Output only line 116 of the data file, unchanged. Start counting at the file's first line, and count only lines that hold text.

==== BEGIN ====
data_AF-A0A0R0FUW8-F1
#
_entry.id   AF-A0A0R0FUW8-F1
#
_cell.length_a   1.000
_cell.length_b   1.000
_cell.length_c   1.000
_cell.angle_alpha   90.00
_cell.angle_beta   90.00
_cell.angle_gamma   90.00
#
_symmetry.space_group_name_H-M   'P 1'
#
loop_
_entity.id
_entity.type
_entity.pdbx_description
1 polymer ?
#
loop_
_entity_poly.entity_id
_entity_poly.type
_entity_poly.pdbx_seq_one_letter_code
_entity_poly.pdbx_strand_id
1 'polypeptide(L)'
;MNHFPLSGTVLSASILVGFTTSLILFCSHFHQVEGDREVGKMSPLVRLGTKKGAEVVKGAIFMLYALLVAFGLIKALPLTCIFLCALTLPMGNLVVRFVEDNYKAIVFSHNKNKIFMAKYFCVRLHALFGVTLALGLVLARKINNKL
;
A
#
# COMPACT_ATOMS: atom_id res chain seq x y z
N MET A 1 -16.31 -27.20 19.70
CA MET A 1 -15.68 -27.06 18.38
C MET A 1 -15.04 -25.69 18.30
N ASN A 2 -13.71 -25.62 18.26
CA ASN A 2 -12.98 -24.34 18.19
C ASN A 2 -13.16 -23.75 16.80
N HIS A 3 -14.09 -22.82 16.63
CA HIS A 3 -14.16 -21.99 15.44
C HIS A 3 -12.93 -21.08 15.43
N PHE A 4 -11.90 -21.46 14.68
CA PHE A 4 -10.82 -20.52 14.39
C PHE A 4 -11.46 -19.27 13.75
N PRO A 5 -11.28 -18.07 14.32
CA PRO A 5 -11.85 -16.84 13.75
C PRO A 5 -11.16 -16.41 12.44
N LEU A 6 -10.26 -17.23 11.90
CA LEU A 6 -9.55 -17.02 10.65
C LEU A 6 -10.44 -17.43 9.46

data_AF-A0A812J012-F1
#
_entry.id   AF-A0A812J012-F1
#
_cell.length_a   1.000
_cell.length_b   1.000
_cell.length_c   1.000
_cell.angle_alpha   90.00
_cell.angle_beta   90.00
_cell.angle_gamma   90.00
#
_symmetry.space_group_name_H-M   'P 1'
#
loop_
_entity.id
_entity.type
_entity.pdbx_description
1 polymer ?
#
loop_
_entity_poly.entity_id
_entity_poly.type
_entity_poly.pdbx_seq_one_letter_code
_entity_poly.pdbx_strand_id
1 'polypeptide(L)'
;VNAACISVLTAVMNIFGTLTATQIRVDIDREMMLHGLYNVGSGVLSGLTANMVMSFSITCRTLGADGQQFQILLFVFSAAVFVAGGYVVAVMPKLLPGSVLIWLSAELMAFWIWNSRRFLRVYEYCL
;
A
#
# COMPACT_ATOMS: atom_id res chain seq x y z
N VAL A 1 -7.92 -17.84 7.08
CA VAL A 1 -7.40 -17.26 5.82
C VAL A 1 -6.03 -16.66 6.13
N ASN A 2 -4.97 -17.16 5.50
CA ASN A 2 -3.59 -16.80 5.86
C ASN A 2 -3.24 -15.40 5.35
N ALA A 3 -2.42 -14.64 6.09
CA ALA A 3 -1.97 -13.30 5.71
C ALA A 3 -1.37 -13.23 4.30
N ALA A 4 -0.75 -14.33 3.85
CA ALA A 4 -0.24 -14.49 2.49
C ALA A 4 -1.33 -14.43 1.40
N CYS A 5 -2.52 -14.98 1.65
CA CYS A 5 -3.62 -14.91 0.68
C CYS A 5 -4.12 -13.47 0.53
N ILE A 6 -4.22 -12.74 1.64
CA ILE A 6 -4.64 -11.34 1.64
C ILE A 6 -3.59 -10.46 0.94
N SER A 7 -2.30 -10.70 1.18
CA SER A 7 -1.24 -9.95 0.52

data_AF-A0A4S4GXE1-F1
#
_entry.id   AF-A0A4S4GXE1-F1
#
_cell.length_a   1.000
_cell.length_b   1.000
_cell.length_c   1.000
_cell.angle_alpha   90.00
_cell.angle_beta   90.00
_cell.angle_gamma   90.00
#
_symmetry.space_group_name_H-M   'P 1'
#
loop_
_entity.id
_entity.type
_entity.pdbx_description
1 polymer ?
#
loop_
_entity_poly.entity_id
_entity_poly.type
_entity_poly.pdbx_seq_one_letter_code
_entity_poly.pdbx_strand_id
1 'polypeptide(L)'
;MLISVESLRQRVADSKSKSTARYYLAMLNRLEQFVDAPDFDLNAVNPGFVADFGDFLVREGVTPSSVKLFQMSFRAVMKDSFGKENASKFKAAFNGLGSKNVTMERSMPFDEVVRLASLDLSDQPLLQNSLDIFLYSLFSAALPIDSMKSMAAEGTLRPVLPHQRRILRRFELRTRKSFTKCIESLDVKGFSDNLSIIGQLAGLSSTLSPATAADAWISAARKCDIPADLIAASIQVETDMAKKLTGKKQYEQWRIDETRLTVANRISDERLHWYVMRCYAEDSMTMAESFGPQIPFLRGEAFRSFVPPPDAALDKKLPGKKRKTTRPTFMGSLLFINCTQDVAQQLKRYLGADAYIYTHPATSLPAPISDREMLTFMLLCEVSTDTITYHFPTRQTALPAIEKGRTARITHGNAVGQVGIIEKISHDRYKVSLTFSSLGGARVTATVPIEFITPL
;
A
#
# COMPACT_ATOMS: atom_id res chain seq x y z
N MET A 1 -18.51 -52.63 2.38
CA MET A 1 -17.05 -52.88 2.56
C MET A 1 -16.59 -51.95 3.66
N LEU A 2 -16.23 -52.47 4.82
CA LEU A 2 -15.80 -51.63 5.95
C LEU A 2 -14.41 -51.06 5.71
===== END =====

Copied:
1 polymer ?